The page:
Surprisingly, not that many. Um, I do find that even if a manuscript that I started, I didn’t get too far on. Even if that never ever sees the light of day, there are a lot of ways to repurpose that material. For example, I had like different for The Shaadi Set-Up, I had like the spark of the idea, which we discussed earlier, but I didn’t really have a plot to go with it. So, but I did have this other idea for, you know, a furniture restorer and a designer. And I had like an idea for like this house on an island, kind of this beat up house that could use a little bit of TLC, a little bit of love. And these were all from like different ideas I had and I didn’t know how to combine it. But then when I had the spark for The Shaadi Set-Up, I suddenly thought of a way that I could take all those elements from other manuscripts and pull them all together to make this book. So I think, you know, at some point I hope that everything unfinished kind of gets a new lease of life in a different book.

Victoria Wood (17:27):
Well, like I said earlier, I’ve been snooping and I know you have a young adult book on the horizon for March, 2022. Tell us about it.

Lillie Vale (17:38):
Yeah, that’s my second YA novel. It’s called Beauty and the Besharam it’s coming out in May 22 at the Viking Children’s. It’s a friends to lovers summer workplace romcom inspired by a gender bent Beauty and The Beast where a slightly curmudgeonly teen girl known for being besharam, which means shameless falls for her rival, who she is, unfortunately, or fortunately, depending how you look at it working with for the summer. And I also have another adult novel coming out with Putnam in Fall 22 as well called The Decoy Girlfriend where an author is caught, impersonating her movie star lookalike, and is blackmailed into taking her place, including in dating the actress’ really sexy costar boyfriend.

Victoria Wood (18:22):
Ooh, I got a two for one you guys.

Lillie Vale (18:29):
You got more than you asked for.

Victoria Wood (18:29):
I know, but I love it. Two books to look forward to in 2022. That’s awesome. And now I’m really super excited!

Victoria Wood (18:37):
So we’re here to talk about The Shaadi Set-Up, but we’re readers and we love getting recommendations. So share with our listeners the last book that you read that you’d now recommend.

Lillie Vale (18:51):
Well, I’m a pretty chaotic reader. I don’t tend to like stick with one book and all the way through, I kind of go between three or four. So I don’t quite know what the last book I read was, but I had really enjoyed recently Love Scenes by Bridget Morrissey. You Had Me at Hola by Alexis Daria. People We Meet on Vacation by Emily Henry. And Arsenic and Adobo by Mia Manansala.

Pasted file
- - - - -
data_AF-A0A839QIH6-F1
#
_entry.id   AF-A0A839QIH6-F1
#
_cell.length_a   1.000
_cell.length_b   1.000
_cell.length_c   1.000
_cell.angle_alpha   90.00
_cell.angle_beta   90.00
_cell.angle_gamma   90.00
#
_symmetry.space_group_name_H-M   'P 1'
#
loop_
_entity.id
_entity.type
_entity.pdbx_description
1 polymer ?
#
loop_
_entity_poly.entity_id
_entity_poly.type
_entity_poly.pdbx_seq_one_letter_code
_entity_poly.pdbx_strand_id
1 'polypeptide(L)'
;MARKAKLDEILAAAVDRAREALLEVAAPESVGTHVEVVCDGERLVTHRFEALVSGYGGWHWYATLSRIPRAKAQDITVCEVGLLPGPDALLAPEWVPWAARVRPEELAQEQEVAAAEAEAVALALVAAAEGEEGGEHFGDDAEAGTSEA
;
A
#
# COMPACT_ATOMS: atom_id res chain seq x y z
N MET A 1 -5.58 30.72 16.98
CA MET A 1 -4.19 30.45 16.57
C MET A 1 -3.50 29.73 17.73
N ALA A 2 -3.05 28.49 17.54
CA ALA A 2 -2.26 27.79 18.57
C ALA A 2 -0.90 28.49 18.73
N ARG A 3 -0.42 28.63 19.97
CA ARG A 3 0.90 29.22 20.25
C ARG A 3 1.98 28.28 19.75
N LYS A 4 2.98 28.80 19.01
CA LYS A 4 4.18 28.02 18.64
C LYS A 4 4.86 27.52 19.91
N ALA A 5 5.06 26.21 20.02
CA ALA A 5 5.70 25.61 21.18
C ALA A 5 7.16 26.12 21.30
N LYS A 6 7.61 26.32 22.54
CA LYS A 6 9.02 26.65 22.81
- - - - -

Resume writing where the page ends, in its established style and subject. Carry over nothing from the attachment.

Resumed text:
Victoria Wood (19:15):
Woohoo. I love it. And what books are you looking forward to reading in the year ahead?

Lillie Vale (19:21):
Honestly, so many. Right now I’m currently reading a lot of like my friend’s upcoming books and CP manuscripts. Not all of which I can talk about obviously, but I’m really looking forward to The Love Hypothesis by Ali Hazelwood, which comes out, I think September 14th. I’m also really looking forward to Rachel Lynn Solomon’s upcoming adult novel, Weather Girl and Mazey Eddings, A Brush With Love, which I don’t think is coming out until 22, but I’m really excited for all of those. And of course, for everything like secret that I can’t talk about yet.

Victoria Wood (19:54):
I totally get it. So in addition to loving books, it’s natural, we love our bookstores. And we’re big supporters here of local indie bookstores. And we ask all our guests on the show. So now I’m asking you to share with our listeners some of your favorite local bookstores.

Lillie Vale (20:11):
Well, unfortunately where I live in Indiana, I don’t have a lot of local indie bookstores, but I do currently have signed copies available with Flyleaf Books, Fountain Bookstore, The Ripped Bodice, Love Sweet Arrow and Mysterious Galaxy. So if you want a signed copy of my book, you can get them through any of those retailers.